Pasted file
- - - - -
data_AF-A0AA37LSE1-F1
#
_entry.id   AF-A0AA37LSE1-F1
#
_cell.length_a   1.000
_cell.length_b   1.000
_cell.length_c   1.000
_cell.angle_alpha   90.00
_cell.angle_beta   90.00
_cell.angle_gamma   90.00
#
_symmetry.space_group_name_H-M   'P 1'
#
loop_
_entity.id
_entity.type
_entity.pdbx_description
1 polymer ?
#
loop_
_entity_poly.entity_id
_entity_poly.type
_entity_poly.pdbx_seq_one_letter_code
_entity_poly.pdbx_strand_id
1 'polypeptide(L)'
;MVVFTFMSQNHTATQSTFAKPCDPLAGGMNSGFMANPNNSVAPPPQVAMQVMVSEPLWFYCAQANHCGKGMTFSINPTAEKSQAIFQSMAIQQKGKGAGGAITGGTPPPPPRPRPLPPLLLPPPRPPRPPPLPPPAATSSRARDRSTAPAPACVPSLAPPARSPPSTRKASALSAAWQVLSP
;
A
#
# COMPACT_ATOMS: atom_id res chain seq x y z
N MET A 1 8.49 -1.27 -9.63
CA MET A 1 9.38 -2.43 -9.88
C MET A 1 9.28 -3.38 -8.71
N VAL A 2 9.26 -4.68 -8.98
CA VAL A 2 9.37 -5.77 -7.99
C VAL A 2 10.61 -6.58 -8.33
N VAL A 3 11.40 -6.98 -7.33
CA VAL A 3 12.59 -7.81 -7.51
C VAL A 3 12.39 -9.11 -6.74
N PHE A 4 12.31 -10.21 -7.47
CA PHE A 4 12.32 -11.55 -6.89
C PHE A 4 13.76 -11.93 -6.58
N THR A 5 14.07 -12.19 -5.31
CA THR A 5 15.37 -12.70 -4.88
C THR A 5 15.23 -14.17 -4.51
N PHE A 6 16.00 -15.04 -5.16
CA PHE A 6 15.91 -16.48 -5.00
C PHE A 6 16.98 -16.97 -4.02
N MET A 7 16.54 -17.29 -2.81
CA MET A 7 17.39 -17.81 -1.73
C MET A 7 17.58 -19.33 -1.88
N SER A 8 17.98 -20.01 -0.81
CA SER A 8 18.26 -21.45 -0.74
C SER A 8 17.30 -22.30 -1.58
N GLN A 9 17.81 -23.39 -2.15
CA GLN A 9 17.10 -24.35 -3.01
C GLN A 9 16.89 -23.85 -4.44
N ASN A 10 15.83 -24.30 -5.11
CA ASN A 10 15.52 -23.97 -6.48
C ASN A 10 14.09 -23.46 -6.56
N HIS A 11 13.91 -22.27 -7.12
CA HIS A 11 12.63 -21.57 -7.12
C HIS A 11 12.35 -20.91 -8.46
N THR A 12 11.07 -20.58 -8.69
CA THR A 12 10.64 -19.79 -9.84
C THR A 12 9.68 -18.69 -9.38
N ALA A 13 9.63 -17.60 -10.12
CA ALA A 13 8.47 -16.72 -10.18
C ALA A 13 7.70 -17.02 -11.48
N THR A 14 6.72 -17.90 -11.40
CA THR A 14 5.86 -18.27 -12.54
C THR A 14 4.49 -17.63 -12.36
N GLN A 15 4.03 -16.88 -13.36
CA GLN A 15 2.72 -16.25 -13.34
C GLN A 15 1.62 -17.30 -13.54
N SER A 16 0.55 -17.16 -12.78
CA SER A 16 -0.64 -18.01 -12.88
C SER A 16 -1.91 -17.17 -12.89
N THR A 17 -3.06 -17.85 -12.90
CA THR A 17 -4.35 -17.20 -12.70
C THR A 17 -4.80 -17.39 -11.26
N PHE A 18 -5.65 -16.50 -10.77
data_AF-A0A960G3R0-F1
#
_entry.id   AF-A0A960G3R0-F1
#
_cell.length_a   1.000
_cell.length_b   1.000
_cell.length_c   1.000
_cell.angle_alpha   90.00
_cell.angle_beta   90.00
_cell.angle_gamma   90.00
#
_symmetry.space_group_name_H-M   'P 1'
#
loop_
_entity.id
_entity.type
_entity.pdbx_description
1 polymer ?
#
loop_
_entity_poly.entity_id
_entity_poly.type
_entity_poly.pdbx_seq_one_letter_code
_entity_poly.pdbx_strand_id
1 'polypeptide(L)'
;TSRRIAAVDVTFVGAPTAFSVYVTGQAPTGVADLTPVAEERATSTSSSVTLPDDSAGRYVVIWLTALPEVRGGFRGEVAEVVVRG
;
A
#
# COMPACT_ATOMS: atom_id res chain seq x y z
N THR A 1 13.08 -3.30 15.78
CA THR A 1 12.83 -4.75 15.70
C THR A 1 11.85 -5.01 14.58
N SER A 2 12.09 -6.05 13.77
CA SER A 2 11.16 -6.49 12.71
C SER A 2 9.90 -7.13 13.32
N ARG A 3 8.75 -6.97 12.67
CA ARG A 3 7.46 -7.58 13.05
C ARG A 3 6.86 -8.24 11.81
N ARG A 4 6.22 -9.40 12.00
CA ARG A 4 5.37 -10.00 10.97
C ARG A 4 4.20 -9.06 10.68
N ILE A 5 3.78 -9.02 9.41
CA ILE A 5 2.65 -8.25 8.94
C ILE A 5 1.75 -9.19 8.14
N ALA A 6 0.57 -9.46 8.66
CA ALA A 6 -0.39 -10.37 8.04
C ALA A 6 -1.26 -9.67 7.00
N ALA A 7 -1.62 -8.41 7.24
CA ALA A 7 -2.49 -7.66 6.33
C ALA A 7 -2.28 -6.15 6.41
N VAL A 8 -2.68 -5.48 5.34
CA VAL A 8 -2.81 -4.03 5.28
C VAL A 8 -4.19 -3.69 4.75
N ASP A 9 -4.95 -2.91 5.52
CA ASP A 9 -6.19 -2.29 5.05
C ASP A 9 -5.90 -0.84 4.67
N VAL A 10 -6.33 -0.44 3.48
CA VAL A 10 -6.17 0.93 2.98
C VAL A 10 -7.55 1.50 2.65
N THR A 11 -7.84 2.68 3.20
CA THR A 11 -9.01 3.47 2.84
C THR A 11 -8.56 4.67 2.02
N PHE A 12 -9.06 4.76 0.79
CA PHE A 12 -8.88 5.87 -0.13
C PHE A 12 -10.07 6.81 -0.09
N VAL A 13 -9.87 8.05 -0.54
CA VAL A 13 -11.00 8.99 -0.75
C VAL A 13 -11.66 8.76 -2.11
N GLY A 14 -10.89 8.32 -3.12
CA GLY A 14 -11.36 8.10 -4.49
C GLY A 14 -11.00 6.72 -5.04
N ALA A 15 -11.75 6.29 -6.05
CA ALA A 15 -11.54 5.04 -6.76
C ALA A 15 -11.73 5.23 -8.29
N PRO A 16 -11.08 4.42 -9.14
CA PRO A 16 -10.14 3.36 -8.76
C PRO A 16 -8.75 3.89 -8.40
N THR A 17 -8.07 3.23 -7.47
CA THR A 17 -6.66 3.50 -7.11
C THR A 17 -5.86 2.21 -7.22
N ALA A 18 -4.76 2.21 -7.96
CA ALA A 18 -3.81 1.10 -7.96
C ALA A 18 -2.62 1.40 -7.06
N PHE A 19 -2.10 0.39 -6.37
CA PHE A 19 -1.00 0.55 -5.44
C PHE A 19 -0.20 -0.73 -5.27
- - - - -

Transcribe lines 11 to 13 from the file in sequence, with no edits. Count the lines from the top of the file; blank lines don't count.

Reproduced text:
#
_symmetry.space_group_name_H-M   'P 1'
#